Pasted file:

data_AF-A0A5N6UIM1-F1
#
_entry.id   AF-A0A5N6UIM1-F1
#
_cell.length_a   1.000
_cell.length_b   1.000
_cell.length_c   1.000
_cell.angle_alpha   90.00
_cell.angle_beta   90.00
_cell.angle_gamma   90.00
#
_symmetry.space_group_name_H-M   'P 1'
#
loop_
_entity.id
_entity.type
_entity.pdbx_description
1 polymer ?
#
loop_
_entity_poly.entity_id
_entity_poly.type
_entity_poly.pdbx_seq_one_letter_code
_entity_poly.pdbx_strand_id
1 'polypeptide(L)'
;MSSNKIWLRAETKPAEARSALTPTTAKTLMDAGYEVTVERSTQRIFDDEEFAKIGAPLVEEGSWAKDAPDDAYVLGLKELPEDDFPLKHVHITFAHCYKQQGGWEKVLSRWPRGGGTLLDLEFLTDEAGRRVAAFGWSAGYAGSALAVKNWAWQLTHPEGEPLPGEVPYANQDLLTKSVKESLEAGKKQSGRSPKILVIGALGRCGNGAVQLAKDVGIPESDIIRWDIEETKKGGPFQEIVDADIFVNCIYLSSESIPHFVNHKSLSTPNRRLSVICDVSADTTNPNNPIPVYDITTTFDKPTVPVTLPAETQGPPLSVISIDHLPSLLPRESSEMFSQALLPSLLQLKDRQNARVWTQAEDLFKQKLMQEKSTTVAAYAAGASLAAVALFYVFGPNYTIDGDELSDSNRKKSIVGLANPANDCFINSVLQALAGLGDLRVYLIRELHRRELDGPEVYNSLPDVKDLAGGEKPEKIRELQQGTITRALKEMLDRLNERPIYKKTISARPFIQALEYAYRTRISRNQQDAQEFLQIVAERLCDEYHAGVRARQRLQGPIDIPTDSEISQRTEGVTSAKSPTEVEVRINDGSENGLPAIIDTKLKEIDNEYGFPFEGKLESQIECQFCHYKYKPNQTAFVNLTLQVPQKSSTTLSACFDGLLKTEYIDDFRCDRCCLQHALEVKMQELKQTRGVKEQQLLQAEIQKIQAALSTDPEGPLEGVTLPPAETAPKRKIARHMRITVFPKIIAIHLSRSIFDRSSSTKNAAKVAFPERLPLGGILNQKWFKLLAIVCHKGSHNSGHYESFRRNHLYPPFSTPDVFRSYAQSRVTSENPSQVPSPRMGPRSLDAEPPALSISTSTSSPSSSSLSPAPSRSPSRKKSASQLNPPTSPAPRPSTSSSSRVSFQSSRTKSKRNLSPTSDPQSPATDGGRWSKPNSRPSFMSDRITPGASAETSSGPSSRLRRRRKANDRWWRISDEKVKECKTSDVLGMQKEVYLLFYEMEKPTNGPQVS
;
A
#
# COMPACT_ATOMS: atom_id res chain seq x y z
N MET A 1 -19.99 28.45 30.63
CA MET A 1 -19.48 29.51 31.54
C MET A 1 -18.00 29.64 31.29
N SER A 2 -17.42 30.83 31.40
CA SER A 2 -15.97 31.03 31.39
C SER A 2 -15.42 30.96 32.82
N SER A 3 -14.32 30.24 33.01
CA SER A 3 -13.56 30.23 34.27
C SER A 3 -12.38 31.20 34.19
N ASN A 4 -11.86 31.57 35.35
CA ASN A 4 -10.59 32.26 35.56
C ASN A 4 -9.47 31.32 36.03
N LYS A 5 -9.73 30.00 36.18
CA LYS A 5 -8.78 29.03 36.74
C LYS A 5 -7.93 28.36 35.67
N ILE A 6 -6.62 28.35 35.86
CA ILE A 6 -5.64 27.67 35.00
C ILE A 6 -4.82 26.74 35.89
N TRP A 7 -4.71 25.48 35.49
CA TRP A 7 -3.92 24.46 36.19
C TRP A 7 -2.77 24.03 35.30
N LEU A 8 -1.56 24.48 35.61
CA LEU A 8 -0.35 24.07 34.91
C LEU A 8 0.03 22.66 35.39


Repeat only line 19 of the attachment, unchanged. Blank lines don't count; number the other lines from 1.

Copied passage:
#